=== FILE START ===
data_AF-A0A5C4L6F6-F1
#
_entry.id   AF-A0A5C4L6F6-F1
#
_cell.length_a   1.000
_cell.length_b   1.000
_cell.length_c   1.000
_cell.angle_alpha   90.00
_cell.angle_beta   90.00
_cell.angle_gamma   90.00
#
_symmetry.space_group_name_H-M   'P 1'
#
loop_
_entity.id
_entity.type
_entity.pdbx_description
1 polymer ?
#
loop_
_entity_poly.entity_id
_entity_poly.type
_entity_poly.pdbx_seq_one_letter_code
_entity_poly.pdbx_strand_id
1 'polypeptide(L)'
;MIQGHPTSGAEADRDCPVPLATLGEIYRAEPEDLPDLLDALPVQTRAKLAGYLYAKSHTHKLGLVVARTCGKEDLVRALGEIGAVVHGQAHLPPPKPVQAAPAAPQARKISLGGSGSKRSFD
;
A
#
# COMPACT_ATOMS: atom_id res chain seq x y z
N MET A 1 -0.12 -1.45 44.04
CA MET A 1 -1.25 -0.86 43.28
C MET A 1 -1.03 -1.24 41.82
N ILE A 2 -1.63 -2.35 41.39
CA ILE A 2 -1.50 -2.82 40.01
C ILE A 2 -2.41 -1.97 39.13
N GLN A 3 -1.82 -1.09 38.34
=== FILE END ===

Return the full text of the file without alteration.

data_AF-A0A5C4L6F6-F1
#
_entry.id   AF-A0A5C4L6F6-F1
#
_cell.length_a   1.000
_cell.length_b   1.000
_cell.length_c   1.000
_cell.angle_alpha   90.00
_cell.angle_beta   90.00
_cell.angle_gamma   90.00
#
_symmetry.space_group_name_H-M   'P 1'
#
loop_
_entity.id
_entity.type
_entity.pdbx_description
1 polymer ?
#
loop_
_entity_poly.entity_id
_entity_poly.type
_entity_poly.pdbx_seq_one_letter_code
_entity_poly.pdbx_strand_id
1 'polypeptide(L)'
;MIQGHPTSGAEADRDCPVPLATLGEIYRAEPEDLPDLLDALPVQTRAKLAGYLYAKSHTHKLGLVVARTCGKEDLVRALGEIGAVVHGQAHLPPPKPVQAAPAAPQARKISLGGSGSKRSFD
;
A
#
# COMPACT_ATOMS: atom_id res chain seq x y z
N MET A 1 -0.12 -1.45 44.04
CA MET A 1 -1.25 -0.86 43.28
C MET A 1 -1.03 -1.24 41.82
N ILE A 2 -1.63 -2.35 41.39
CA ILE A 2 -1.50 -2.82 40.01
C ILE A 2 -2.41 -1.97 39.13
N GLN A 3 -1.82 -1.09 38.34